Nandinas: Good Plant, Bad Rep
Growing Nandina in the Garden Responsibly
Nandina domestica or Heavenly bamboo, is an easy to grow evergreen or semi-evergreen shrub that looks good in all four seasons. Its colorful foliage sports reds, greens, and yellows. In the early spring, Nandinas bear sprays of tiny white flowers.
In early summer green berries begin to appear. These turn to bright red berries in autumn, as the foliage takes on fiery red, bronze, or golden colors. The foliage remains on the plant throughout winter, adding color and texture to the garden.
There's a problem with Nandinas, however, but it is easily dealt with. Over the last few years, it has been discovered that Nandina seeds are easily spread by the local bird population. The berries are among the few berries that last all winter.
One reason for this is that birds don’t really like them. They only eat them after they’ve exhausted all other native plant food sources.
Do Nandina Berries kill birds?
Nandina is one of those plants that people either love or hate. According to posts shared across social media some years ago, nandina berries poison birds.
Many of these reports stem from a single incident that occurred in Thomas County, Georgia in April 2009. Somebody found and notified the Audobon society that they found a number of dead cedar waxwings in their yard. Upon examination, the deceased birds were stuffed with nandina berries. Nandina berries contain small amounts of cyanide.
A couple of berries may sicken a bird, but not kill it. Cedar waxwings, unfortunately, don’t stop with a couple of berries. When a flock of these social birds descends upon a garden, they will strip a holly, crabapple, dogwood, in minutes. This is what happened in Thomas County, Georgia.
This is the only recorded case of this phenomenon so it's safe to say it was an isolated incident. It should also be noted that there are over 2000 different species of plants that produce seeds that contain cyanide, including apples.
Is Nandina an Invasive Plant?
To say that Nandina is an invasive species is similar to saying that all roses are red. We know this is not true and while many of the older types of Heavenly Bamboos are considered by some to be invasive not all are. In fact, many of the newer dwarf nandina plants rarely if ever produce flowers and berries.
The seeds of nandina are contained in the berries, which when eaten by birds are deposited into areas where they can grow unchecked. Barberry plants, for example, have been found to be invasive in the northeastern region of the United States.
How to Prevent Nandinas from Becoming Invasive
Rather than get into the science of why and if nandinas are invasive, I feel it's better to discuss how to stop nandinas from escaping the garden and entering into wildlands. For this part, we will be discussing two particular varieties of Nandina which are known to produce large amounts of berries. Nandina domestica and Nandina Gulfstream are two readily available varieties of Nandina that are available in most Garden Centers. Both are very colorful and older varieties and can reach heights up to 5 feet tall.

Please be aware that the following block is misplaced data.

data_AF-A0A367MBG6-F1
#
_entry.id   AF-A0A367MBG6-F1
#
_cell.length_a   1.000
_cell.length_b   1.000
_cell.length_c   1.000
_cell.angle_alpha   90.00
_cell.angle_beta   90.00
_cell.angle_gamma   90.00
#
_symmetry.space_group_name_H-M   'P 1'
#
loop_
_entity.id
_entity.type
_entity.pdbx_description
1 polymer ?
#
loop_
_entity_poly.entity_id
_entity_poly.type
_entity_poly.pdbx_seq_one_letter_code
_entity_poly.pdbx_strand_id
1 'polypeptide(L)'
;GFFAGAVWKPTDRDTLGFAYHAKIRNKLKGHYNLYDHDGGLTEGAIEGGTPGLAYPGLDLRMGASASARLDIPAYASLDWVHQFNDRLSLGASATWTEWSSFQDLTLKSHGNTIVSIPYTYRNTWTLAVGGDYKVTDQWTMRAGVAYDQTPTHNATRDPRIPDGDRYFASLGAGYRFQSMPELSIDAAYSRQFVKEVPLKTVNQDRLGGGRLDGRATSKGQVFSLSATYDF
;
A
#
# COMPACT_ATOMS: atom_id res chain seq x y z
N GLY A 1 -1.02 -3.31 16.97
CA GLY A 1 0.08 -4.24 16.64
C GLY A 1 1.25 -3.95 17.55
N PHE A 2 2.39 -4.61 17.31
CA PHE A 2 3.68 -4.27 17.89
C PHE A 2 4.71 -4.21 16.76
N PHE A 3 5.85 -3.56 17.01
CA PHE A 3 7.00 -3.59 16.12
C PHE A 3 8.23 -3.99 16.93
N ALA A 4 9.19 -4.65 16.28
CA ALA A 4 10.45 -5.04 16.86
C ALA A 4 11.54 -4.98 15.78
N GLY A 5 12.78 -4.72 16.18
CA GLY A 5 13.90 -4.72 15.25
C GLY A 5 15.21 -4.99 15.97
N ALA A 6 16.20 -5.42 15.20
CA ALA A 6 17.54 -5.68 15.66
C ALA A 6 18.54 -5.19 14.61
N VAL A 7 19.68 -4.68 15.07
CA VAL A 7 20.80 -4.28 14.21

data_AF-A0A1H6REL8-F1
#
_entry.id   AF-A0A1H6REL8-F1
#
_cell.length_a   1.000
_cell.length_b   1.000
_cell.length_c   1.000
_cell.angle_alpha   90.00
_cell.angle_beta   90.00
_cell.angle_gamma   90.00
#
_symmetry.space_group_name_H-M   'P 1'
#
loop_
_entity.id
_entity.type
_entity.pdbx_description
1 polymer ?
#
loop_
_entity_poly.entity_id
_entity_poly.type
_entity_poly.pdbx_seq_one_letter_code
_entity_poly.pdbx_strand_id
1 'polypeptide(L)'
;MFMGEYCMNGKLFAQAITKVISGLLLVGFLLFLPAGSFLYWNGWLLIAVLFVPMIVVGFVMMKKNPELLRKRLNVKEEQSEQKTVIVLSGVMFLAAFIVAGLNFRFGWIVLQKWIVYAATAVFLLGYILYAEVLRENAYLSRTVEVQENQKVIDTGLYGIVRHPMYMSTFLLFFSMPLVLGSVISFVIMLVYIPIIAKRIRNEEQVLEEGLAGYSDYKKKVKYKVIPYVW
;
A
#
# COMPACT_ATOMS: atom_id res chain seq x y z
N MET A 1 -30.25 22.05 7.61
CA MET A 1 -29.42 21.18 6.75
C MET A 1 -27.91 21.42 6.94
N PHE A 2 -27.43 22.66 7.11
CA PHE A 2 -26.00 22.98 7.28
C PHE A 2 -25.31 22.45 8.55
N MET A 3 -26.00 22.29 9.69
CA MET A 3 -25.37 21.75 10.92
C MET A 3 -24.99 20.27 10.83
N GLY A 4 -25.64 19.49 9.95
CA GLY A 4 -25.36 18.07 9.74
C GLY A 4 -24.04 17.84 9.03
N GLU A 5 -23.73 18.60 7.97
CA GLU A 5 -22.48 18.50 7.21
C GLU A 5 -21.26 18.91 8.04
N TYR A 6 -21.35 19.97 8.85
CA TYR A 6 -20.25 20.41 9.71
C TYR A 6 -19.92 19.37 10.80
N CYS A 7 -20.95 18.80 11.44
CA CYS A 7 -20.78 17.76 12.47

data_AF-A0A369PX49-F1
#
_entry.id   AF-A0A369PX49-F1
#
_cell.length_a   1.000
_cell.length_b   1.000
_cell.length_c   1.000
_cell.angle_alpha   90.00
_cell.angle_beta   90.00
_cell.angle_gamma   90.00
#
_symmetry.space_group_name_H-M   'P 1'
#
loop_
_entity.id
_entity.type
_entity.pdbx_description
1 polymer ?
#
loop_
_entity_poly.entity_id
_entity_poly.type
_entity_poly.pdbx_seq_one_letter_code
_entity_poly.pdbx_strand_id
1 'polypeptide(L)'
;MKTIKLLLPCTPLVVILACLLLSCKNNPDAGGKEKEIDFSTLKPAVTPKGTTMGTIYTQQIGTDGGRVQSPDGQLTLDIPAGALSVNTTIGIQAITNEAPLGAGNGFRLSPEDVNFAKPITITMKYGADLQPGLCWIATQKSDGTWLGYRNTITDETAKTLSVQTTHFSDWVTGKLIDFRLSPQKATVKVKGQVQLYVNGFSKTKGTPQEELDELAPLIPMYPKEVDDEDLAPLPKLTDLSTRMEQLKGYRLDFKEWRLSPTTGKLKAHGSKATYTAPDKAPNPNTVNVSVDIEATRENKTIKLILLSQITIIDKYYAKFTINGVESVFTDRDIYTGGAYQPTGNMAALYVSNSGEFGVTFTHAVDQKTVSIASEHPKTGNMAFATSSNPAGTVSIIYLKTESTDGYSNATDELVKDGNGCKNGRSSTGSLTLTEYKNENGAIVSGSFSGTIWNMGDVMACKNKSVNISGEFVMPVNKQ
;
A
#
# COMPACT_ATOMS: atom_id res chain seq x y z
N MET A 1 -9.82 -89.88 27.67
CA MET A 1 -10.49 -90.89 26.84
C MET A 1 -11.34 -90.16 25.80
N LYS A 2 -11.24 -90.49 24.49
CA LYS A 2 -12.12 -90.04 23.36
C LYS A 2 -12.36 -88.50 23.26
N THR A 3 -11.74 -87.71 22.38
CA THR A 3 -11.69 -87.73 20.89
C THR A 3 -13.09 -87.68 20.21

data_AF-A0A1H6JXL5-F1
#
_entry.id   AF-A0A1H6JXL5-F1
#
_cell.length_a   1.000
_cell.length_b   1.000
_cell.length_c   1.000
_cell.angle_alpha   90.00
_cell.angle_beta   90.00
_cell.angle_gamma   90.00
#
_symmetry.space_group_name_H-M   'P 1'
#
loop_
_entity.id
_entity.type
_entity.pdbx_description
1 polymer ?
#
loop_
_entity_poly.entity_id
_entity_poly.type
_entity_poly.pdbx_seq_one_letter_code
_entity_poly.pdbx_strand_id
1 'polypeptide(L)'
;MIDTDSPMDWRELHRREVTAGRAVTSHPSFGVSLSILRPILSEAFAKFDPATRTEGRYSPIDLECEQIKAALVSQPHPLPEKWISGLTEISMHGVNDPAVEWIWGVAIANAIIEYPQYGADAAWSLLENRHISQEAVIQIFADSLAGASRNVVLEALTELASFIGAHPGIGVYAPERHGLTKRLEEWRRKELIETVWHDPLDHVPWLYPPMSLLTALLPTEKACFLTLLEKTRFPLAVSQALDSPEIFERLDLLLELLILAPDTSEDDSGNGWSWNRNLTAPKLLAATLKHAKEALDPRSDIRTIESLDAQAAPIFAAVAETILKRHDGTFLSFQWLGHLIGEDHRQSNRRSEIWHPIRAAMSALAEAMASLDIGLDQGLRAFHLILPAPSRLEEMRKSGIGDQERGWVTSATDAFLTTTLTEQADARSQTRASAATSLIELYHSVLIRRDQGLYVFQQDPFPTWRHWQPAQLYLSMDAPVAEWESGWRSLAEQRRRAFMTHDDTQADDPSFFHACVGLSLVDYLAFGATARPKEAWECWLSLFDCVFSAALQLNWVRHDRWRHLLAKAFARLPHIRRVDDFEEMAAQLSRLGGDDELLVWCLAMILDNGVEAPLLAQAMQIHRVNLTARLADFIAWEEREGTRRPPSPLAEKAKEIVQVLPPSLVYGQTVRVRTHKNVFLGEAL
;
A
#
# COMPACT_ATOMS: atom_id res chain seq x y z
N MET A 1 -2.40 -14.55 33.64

There are two ways to keep this plant from reproducing and becoming invasive. Both methods are the same but are done at different times. First, in the spring you can simply remove the flowers. This is easily done on this particular type of plant as they rise above the foliage on a stem.
The second method and a preferred method is after the flowers have faded and the berries begin to form, once again just remove the flowering stem.
Simple enough and this will give you the satisfaction of being a great steward of the environment.
Non-flowering Dwarf Nandinas
There are many new varieties of Nandinas on the market today that do not flower or set seed. We refer to these as "Sterile Varieties". Southern Living Plants is the leader in this new breeding line, probably mostly in part to being headquartered in the states where nandinas are most known to be invasive.
You’ll find a number of them in our Nandina Collection. Nandina ‘Flirt’, Nandina ‘Obsession’, Nandina ‘Blush Pink’, and Nandina ‘Lemon-Lime’ are just 4 of the many new sterile varieties. In addition to not producing berries, these compact plants do not spread by roots the way the older nandinas do.
They mostly remain under 2.5 to 3 feet in height. Being dwarf varieties they can also be grown in containers on decks and patios for extended periods of time.
Planting Nandinas in the Garden
Nandinas are very forgiving and will happily grow in various light conditions from full sun to part shade. They tolerate most soil conditions from moist soil through well-drained soil. When planting be sure to not overdo it when using a soil amendment such as compost as nandinas tend to thrive in lean soil.